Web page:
[Updated 27 March 2008]
This month’s lost kingdom is Lindsey, which makes up most of what is considered Lincolnshire. The kingdom of Lindsey is a hypothetical kingdom because it never appears in the historical record as such. It is based on the Roman city of Lincoln and its environs. Lindsey apparently means Isle of Lincoln. Cut off by rivers and marshes, in the early medieval period, Lindsey was a large island or set of islands with the district of Hatfield to its northwest along with the Isle of Axholme.
A Conflict Zone
From the earliest period, Lindsey appears to be under the control of her neighbors. The highest ranking secular figure in Lindsey that Bede lists is a reeve. A series of battles were fought on Lindsey’s western flank with control over the Isle of Lindsey being the major prize.
This northwestern corner near Lindsey (but perhaps outside of it) was a conflict zone for 6th and 7th century kings. The first battle located in this area was on the east bank of the River Idle on the Mercian boder in 616 when Aethelfrith of Bernicia was slain by Redwald of East Anglia on behalf of Edwin of Deira. This was at a fork in the Roman road system on Lindsey’s western flank that may have marked a boundary between petty kingdoms and the extent of each kings hegemony over those petty kingdoms. Aethelfrith’s death there without his full army suggests that he felt comfortable traveling in this region with just his normal retinue/body guard. It is possible that Lindsey passed to Aethelfrith with his conquest of Deira, and that he felt secure there.
Edwin is the only northern king we see actually active in Lindsey. Bede tells us that Bishop Paulinus of York was particularly active in Lincoln. The reeve of Lincoln Blaecca and his family are converted (apparently he is the highest ranking man in Lindsey) and Paulinus builds a stone church there (HE II.16). Now this is strange as the stone church in York was still incomplete when Edwin died. It seems more likely that Paulinus refurbished a Roman building, perhaps a church. Bede says that in his time the roof has fallen in from neglect but that miracles still occur there so apparently the current Bishop of Lincoln did not use the same church. It was in this church in Lincoln rather than in York that Paulinus consecrated Archbishop Honorius of Canterbury in about 627. Bede goes on to relate a story told to him by Abbot Deda of Partney about Bishop Paulinus’ preaching in Littleborough (Tiowulfingacaestir) that unusally describes the appearance of Bishop Paulinus as “tall, with a slight stoop, black hair, a thin face, a slender aquiline nose, and at the same time he was both venerable and awe-inspiring in appearance”(HE II.16, McClure and Collins, p. 100). This account also apparently mentioned James the Deacon who survived up to the synod of Whitby in 664. Added on to this is Bede’s discussion of Edwin’s royal standard (tufa/thuf). I wonder if this addition was inspired by the place name Tiowulfingacaestir?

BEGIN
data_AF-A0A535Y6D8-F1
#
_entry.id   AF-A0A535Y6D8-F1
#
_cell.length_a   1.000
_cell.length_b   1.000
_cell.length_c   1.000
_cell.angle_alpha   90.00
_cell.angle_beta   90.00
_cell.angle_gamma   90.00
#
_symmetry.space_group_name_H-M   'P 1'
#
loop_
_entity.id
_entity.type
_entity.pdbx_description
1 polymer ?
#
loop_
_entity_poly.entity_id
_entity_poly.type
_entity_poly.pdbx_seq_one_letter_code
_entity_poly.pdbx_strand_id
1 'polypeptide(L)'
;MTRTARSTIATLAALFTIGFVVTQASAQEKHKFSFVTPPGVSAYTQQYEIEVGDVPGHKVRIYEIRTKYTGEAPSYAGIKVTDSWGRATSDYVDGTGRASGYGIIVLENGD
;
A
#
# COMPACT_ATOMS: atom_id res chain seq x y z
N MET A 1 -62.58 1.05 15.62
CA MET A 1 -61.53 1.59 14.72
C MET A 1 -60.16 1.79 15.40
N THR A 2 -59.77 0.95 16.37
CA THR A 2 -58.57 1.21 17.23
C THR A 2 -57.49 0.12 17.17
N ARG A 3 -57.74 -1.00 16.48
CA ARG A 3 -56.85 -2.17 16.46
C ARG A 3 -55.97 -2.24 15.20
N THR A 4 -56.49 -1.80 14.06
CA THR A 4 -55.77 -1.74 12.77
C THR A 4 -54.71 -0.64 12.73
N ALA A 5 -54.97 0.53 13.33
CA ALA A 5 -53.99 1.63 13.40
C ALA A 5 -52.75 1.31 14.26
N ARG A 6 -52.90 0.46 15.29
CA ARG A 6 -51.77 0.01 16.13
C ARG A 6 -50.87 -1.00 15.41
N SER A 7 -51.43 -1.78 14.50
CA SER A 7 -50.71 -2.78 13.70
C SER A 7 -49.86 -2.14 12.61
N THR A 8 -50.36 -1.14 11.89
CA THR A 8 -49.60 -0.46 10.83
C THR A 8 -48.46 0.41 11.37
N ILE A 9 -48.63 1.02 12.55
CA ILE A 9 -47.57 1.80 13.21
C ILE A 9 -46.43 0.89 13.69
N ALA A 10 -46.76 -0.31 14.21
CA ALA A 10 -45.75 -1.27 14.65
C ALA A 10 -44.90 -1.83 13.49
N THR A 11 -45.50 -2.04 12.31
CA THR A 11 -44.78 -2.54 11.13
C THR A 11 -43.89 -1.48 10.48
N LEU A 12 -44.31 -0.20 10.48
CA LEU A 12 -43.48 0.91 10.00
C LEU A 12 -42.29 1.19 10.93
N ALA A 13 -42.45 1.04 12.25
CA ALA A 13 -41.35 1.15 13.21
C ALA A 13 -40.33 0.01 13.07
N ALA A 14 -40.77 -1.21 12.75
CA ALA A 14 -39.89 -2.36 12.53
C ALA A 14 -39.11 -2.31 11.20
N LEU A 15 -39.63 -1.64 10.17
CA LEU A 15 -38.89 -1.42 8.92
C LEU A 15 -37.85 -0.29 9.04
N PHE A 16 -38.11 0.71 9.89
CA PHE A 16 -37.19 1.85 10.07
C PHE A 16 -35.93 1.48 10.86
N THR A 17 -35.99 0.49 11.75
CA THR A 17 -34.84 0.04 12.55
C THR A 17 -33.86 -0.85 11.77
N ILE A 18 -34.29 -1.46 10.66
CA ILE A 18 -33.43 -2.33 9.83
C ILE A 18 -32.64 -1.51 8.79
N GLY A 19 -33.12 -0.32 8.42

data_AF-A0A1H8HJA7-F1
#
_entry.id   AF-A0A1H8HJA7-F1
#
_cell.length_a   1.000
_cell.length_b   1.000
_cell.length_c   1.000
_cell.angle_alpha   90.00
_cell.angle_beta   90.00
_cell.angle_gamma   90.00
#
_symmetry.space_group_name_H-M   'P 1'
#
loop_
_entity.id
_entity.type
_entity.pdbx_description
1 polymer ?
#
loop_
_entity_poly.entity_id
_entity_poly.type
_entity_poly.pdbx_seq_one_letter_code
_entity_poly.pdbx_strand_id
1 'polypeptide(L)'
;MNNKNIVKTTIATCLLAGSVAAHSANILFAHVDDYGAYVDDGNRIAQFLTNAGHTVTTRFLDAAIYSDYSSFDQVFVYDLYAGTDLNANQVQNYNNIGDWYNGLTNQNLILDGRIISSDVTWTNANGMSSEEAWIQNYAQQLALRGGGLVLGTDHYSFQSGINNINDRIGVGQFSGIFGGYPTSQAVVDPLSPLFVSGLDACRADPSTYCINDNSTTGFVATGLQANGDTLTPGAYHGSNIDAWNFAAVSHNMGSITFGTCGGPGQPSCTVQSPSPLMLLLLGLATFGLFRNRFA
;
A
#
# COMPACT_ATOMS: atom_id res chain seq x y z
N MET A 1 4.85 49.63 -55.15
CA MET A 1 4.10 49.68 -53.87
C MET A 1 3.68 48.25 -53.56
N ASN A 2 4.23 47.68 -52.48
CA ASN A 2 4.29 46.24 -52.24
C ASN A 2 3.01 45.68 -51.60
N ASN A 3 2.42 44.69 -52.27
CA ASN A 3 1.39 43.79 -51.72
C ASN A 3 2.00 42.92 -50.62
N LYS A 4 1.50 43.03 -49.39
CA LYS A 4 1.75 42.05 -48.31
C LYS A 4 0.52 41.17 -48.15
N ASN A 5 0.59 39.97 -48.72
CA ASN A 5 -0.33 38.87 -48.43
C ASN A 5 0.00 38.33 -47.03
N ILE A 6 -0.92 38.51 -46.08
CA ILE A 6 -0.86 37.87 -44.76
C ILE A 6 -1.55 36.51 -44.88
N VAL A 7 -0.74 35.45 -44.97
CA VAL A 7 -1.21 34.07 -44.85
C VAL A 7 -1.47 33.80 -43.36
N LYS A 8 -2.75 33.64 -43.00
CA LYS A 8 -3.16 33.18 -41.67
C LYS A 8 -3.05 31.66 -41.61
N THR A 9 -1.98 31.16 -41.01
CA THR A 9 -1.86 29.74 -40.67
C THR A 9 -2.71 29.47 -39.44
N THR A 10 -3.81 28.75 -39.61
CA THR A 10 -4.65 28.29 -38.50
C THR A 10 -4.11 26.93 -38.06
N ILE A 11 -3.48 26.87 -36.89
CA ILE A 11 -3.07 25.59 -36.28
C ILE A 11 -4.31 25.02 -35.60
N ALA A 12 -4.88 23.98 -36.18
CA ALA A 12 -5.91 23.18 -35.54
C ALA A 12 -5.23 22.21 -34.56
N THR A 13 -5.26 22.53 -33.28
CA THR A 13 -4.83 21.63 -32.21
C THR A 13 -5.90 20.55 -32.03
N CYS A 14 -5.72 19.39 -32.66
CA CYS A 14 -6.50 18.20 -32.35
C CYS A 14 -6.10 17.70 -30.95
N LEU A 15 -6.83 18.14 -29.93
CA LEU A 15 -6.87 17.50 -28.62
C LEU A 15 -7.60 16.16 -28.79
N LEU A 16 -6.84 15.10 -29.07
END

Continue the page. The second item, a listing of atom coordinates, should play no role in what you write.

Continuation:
Lindsey also figures in the death of King Edwin of Deira whose death is located at Hatfield Chase just northwest of Lindsey on 12 October 633. His body was miraculously found there sometime after 679 and relocated to the church at Whitby.
When Queen Osthryth sent her uncle Oswald’s body to Bardney the monks initially tried to reject it because they said that he had once conquered them. This suggest that the men of Lindsey had met Oswald in battle and lost. The Irish record a southern uprising against Oswald in 637 [rec 641?] that appears to be independent of his last campaign against Penda. (The Annals of Tigernach give this as being one year before it records his death in 638 [rec 642], placing the siege of Edinburgh in between.) Given the importance of this conflict zone it is possible that the uprising was focused in the region of Lindsey and that Lindsey had sided with Oswald’s opponents. If so, it would appear that Oswald successfully put down this revolt. It makes me wonder if Oswald was chasing the ring leader of the revolt in 642 when he fell at Maserfelth. The sentiment that Lindsey may have preferred Mercian rule over Bernician could even go back to the apparent Deiran cooperation with Mercia against Bernicia seen in Edwin’s marriage in exile, and Oswine’s and even Oethelwald’s later cooperation with Mercia. This fits well into ideas I have been developing about the “Humbrian” region that I will have to save for another day.